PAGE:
City begins household food waste collection in La Haute Saint-Charles
Quebec City’s garbage is getting more and more colourful! Along with dark green plastic bags for regular garbage, orange bags for fall foliage and blue bags for recyclables such as paper, plastic and metal, some residents now have purple bags for the collection of household food waste, i.e. basically anything that can be eaten or is part of something that can be eaten.
No paper, plastic or metal should be placed in these bags. If you or your dog can’t digest it, neither can the new Centre de biométhanisation de la matière organique (CBMO; organic matter biomethanization centre) located at 105 Boulevard Henri-Bourassa near the Baie de Beauport.
On Nov. 1, the Ville de Québec announced the beginning of the collection of food waste in the Haute Saint-Charles borough. For the occasion, Mayor Bruno Marchand; Marie-Josée Asselin, vice-president of the executive committee responsible for the environment and waste management; and Bianca Dussault, president of the borough, delivered the first two containers and rolls of bags to residents of households on Ave. de la Montagne.
The start of the collection of household food waste allows for the gradual entry into service of the CBMO. The purple bags of food waste, collected with regular garbage, will be sent to the organic matter recovery centre (CRMO) where they will be separated from other debris by optical sorting and pushed by air jets toward the treatment equipment. Emptied of their contents, the purple bags are sent off to be recycled separately.
“Today we are taking a big step towards a greener and more responsible city,” declared Marchand. “We are entering a new era for the biomethanization of household waste in Quebec City. Together, we will contribute to the energy transition by creating methane gas with our waste. We are adopting a method that is effective, easy and already the envy of other cities across the province and in Canada. With only a small, simple gesture, citizens will be able to contribute effectively to the fight against climate change. Let’s make this new practice everyone’s business.”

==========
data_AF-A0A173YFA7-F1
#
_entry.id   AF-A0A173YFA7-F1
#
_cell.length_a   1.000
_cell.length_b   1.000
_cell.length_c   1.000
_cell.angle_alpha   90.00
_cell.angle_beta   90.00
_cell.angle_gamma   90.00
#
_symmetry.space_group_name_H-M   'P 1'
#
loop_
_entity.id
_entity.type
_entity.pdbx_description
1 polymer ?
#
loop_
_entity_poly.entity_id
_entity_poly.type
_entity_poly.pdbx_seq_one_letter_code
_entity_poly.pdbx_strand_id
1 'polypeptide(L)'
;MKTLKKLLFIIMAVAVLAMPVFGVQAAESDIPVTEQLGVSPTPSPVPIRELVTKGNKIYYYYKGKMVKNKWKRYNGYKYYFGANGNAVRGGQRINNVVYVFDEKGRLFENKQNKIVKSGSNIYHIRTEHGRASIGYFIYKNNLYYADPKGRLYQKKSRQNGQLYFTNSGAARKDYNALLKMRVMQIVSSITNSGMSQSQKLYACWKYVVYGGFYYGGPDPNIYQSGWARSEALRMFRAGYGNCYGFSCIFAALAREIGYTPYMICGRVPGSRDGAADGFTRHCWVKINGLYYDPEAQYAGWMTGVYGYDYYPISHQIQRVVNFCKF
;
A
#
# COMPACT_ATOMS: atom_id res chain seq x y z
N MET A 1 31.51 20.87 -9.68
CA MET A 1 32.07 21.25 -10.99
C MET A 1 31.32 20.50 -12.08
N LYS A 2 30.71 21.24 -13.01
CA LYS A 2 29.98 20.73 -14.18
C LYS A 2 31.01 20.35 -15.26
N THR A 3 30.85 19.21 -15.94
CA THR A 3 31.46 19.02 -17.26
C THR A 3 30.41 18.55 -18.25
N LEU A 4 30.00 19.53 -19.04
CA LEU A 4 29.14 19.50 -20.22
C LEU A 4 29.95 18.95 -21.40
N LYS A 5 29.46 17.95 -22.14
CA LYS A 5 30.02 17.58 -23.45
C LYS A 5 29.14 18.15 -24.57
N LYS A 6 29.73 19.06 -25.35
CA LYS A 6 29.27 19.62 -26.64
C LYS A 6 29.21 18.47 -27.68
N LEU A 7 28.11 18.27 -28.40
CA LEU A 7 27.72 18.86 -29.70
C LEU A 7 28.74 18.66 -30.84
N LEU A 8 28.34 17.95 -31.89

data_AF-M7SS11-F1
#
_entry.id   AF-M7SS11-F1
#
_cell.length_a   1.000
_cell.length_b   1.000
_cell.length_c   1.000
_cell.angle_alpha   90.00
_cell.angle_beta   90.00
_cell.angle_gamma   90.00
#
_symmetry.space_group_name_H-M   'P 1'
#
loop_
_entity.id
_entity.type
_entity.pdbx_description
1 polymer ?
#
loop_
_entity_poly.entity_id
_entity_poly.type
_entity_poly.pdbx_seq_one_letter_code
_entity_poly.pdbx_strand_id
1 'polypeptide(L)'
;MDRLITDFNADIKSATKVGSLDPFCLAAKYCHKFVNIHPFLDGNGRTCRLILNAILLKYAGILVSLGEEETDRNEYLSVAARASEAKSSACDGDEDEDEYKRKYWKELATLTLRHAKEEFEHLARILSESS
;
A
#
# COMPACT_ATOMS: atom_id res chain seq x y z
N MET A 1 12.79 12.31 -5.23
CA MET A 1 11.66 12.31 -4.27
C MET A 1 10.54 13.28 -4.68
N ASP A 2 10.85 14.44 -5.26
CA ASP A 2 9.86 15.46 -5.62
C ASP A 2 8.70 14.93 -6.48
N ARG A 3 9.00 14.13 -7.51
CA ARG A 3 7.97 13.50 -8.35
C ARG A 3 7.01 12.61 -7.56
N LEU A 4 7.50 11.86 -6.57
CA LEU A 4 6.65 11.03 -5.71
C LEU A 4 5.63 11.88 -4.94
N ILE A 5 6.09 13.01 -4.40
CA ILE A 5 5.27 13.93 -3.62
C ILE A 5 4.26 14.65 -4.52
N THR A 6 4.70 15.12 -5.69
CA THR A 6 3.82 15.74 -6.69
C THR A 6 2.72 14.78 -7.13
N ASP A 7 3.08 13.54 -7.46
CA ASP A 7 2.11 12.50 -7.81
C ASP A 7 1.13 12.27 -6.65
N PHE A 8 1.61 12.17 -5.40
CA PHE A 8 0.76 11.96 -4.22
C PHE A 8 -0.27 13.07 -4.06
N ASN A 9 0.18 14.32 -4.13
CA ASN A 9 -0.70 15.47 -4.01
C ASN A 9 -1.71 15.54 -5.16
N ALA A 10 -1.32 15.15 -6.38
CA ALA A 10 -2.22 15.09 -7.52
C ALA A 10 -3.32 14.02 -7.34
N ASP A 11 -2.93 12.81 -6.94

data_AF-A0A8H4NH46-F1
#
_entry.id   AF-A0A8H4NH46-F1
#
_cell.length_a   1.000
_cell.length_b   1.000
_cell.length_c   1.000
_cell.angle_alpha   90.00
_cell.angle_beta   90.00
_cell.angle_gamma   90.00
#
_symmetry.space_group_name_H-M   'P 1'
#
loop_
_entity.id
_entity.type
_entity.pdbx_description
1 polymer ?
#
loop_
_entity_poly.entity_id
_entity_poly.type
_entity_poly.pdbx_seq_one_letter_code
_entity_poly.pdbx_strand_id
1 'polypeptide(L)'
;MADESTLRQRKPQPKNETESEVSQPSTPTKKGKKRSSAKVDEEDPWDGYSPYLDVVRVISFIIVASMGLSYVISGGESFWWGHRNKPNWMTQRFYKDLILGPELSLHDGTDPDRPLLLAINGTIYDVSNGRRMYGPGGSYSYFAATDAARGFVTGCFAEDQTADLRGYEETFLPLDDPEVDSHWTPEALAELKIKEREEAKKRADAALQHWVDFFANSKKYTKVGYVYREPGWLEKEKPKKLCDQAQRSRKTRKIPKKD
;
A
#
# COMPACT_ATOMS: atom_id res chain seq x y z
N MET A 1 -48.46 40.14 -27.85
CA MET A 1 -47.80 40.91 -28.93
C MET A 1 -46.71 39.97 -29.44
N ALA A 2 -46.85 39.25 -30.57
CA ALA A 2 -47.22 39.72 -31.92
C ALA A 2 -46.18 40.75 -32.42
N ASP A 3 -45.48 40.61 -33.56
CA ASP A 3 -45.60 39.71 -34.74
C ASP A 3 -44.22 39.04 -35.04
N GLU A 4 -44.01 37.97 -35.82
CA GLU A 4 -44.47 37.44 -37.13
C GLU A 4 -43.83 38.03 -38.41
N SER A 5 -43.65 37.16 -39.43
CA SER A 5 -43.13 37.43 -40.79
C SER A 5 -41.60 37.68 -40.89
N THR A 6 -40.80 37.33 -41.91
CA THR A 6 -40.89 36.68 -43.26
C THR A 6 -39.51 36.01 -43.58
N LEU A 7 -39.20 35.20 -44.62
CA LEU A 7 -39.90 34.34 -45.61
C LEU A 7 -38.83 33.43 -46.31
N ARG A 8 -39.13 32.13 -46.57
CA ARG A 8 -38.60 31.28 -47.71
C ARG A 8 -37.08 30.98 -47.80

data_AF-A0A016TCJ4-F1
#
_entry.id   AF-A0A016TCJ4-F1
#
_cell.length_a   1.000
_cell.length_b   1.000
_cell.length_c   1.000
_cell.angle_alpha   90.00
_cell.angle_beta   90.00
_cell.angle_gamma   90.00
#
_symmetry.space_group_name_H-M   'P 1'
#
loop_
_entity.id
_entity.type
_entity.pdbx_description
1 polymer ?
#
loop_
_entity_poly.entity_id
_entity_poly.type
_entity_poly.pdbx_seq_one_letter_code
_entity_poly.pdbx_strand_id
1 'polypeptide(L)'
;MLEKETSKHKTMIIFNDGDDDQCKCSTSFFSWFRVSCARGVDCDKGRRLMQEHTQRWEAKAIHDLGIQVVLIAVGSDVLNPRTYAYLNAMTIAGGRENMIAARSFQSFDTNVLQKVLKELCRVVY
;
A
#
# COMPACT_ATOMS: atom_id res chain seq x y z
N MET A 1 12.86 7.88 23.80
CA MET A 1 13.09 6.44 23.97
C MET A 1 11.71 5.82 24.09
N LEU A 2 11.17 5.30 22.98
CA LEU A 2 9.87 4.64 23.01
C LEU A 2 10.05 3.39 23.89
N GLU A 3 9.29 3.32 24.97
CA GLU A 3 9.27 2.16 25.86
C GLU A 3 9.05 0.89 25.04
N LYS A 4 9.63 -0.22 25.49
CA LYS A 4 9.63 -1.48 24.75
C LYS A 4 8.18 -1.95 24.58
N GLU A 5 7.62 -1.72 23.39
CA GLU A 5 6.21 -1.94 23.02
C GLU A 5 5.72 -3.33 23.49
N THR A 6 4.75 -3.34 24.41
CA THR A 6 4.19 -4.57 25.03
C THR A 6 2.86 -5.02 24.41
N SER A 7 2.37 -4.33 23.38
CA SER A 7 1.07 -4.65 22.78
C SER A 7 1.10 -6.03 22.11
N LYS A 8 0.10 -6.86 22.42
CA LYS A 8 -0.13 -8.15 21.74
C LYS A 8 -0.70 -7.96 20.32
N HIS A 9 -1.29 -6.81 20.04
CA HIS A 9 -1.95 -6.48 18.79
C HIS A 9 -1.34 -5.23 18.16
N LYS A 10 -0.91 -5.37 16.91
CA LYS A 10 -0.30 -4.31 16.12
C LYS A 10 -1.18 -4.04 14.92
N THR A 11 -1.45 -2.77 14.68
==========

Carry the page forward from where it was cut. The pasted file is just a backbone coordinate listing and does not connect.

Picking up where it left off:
Small, white kitchen-sized bins and a six-month supply of purple bags will be offered free of charge to all residents for the collection of food waste. Distribution will take place gradually around the city over the next six months.
“With the start of food waste collection, we invite residents to develop this new simple, eco-friendly habit,” added Asselin. “By putting your leftovers and all your food waste in the bin, you contribute with us to reduce the city’s greenhouse gases by 18,000 tonnes each year. Thank you for making Quebec a greener city with us!”
Once full, the purple bag should be placed in the usual refuse container so it can be picked up by the regular garbage trucks. Residents of apartment or condo complexes can therefore participate like residents of single-family homes.
By using regular garbage collection to pick up purple bags, the city avoids the need for a third collection, which in turn prevents the noise, dust and greenhouse gas emissions from additional garbage trucks.
The recovery of organic matter will produce 73,000 tons of digestate, a natural fertilizer that will be used to fertilize agricultural fields, and 10.2 million cubic metres of renewable natural gas that will be injected into the Énergir network. In this regard, a $100-million agreement over 20 years was reached between the Ville de Québec and Énergir in 2019.
To find out more about the new collection of food waste and biomethanization, consult ville.quebec.qc.ca/sacmauve.